Tuesday, December 1, 2015

Book Review: Chivalrous by Dina L. Sleiman

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Title: Chivalrous

Author: Dina L. Sleiman

Series: Valiant Hearts #2

Genre: Historical

Audience: Young Adult

**4 stars**

Chivalrous was a superb second book to the VALIANT HEARTS series by Dina L. Sleiman. For some reason or another, I enjoyed it quite a bit more than Dauntless, Book One in the series; and it has gotten me very excited to read the next book in the series!

This story tells about the life of Gwendolyn Barnes ... a young woman who wishes she could be a knight. Who unconsciously strives to please the father she is disgusted with. Who fears marriage.
   And Allen of Ellsworth, a former outlaw who was once part of the Ghosts of Farthingale Forest, who now is hoping to win a tournament and do great things in the world.
   Both young people are faced with trials and burdens they cannot hope to bear on their own. Evil plans are afoot. Dreams are crushed in the light of responsibility. Is there hope and love beyond what Allen and Gwendolyn can see?

I think it's fun how Dina L. Sleiman writes YA, medieval historical with a sort of fairytale-ish twist. For Chivalrous is a bit of a retelling of the tale: Arthur and the Knights of the Round Table, just as Dauntless is a retelling of the legend: Robin Hood. It lends a slight fairytale air while still being great historical!

As for the themes of this story, I was uncertain at parts, but really liked them by the conclusion of the book! Gwendolyn is a strong, yet vulnerable young lady. She has a soft, feminine side, yet has long since stuffed it away because she needs to be "strong"! Strong, because her father doesn't treat her or her mother as he should. It's terrible, really. And it's a relatable situation. For though feminists are on the move in our culture today and you a lot of times see men put down in media stuff (which is wrong as well!!); there are still situations where men use their God-given leadership position in a negative way. And it breaks hearts. Poor Gwendolyn's heart is broken. She can't be a man (and please her father), because God created her a woman. But she doesn't want to be a woman, because her father treats women so horribly.
   Some scenes might have a been a bit overdone, but overall, I really felt Gwendolyn's pain. And her searching. And her desire to be strong and run free. Chivalrous is a beautiful, healing story all in all.

The faith themes, which tie into the themes above, were really poignant as well. I love how deeply Dina L. Sleiman dives into these things! These characters are really seeking God, and that's amazing to see. I love their journey to faith. It was real and touching.

On that note, I wasn't sure I was going to like Allen, because he seemed to have some issues with pride. And it seemed for awhile, that it was alright for him to be prideful, because he really wasn't being prideful, but rather simply reveling in his God-given abilities ... Whatever. I was a bit disturbed for a little while. However, the situation changed quite nicely; and I feel like the arrogance was realized, faith grown, and a lesson learned.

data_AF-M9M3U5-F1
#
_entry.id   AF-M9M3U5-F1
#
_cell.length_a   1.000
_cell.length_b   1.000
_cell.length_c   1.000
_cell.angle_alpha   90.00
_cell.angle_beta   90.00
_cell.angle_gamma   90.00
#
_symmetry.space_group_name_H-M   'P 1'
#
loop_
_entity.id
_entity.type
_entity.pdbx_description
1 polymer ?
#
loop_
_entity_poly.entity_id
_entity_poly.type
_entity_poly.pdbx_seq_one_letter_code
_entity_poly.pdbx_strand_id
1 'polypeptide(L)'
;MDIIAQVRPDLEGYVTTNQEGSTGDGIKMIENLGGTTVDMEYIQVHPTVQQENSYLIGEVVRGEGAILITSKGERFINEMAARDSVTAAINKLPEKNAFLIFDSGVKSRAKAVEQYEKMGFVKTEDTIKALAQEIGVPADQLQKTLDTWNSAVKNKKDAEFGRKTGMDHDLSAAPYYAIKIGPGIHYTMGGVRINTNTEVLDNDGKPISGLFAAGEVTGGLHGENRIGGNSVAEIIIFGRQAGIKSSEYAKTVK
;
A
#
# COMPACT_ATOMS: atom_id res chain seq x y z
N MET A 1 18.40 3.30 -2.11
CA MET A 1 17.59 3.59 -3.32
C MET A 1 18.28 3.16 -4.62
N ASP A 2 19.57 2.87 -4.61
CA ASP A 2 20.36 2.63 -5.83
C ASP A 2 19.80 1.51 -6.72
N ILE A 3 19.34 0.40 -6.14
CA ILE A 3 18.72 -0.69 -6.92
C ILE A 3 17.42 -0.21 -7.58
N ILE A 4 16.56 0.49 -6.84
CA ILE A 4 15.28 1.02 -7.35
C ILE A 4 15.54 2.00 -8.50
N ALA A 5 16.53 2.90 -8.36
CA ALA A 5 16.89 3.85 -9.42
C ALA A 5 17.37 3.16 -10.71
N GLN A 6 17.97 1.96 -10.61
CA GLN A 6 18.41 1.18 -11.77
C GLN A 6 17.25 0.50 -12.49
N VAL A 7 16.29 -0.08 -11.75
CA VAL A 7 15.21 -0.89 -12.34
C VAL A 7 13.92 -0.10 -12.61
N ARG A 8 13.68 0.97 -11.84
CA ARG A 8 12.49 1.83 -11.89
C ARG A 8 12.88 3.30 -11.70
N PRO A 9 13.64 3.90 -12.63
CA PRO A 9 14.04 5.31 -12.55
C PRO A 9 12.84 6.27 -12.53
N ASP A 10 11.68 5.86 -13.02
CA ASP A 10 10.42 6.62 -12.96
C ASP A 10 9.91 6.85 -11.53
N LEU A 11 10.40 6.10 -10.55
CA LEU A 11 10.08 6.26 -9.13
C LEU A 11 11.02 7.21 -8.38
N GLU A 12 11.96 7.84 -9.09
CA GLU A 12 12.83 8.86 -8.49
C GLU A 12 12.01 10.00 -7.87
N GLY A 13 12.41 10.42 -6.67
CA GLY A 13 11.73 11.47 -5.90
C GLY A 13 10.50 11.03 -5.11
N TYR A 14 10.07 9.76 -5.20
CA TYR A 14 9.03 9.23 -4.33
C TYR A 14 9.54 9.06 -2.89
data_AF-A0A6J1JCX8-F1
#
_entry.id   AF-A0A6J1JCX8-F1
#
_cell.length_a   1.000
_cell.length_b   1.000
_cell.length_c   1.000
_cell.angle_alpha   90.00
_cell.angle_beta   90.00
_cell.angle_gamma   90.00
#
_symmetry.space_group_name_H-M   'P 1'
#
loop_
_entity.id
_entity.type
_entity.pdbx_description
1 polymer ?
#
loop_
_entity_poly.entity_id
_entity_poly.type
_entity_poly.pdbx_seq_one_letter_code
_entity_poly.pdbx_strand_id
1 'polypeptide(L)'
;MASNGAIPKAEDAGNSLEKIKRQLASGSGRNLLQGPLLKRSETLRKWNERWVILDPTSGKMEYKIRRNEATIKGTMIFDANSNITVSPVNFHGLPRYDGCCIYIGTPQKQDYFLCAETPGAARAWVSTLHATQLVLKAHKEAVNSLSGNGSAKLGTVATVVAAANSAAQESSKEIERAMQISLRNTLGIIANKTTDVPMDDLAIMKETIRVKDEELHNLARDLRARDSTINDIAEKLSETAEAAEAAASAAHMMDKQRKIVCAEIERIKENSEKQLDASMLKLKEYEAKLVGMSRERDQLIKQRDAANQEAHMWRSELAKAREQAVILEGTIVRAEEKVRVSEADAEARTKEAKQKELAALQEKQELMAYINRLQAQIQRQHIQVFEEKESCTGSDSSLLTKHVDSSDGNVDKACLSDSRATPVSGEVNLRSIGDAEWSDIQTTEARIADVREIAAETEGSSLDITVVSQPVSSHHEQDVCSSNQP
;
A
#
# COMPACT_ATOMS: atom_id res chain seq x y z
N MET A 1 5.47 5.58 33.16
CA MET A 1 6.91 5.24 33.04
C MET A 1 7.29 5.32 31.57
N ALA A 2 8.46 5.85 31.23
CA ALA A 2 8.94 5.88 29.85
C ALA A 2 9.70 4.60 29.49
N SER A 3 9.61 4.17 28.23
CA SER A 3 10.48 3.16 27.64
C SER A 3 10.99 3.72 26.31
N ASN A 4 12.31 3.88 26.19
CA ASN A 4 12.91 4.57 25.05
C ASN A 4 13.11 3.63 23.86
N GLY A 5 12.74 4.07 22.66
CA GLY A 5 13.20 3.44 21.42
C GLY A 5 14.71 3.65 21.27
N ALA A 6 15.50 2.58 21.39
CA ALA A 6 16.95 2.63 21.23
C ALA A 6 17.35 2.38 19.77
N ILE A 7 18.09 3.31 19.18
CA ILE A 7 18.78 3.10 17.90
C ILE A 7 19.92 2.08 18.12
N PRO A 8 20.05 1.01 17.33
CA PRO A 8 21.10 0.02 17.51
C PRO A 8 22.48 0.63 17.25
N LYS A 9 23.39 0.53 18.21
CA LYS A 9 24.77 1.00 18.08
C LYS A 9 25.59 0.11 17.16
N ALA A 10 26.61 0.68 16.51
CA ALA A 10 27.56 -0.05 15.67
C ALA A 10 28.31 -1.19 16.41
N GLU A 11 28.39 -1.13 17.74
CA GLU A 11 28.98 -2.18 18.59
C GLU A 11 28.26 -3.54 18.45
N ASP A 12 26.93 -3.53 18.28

It was lovely to see snippets of Gwendolyn's maid, Rosalind's life and thoughts as well! Though some of it was terrible and tragic! *tears* I hope she can find healing! I was glad to find out that the third book, Courageous is about Rosalind!
     Randel was also a great character! Such a sweet guy!! ^_^
   Grr! Gwendolyn's father and brothers really made me mad sometimes! And her mother, just a broken shell of who she was supposed to be, really, I think. *sad face*
    I believe this story is a sad picture of what families many times look like when the man doesn't lead properly, in strength but also deep, sacrificial love. The father is oppressive, angry, and abusive (if not physically, then verbally). The mother is a shadow of herself; bitter. The sons are mirrors of their father (even if they're reluctant to be so, or not quite as extreme). The daughters stuff womanly softness and femininity, and try to be even more strong and independent than needed because they don't agree with how their father treats women.
    Thought-provoking book. Sad in many ways. There was one scene in particular that my heart bled for Gwendolyn. It involved a doll. Anyway, I appreciate this book pointing out how the Bible says to do it: Women are told to submit to their husbands, yes. But first it tells the men to love their wives as Christ loves the church. Men, lead in love. Women, submit in respect. Journey life together as friends and companions - looking out for one another. Love and serve each other!
    That's beautiful.

*Ahem* Just had to get all my thoughts out.

So yes. Though deep and filled with tough issues, danger, and hurt, Chivalrous also had it fun times. It's very sweet moments. It's soul-stirring side. I quite enjoyed it! Recommend to fans of faith-filled, adventurous, medieval historical especially! I look forward to reading more. ^_^

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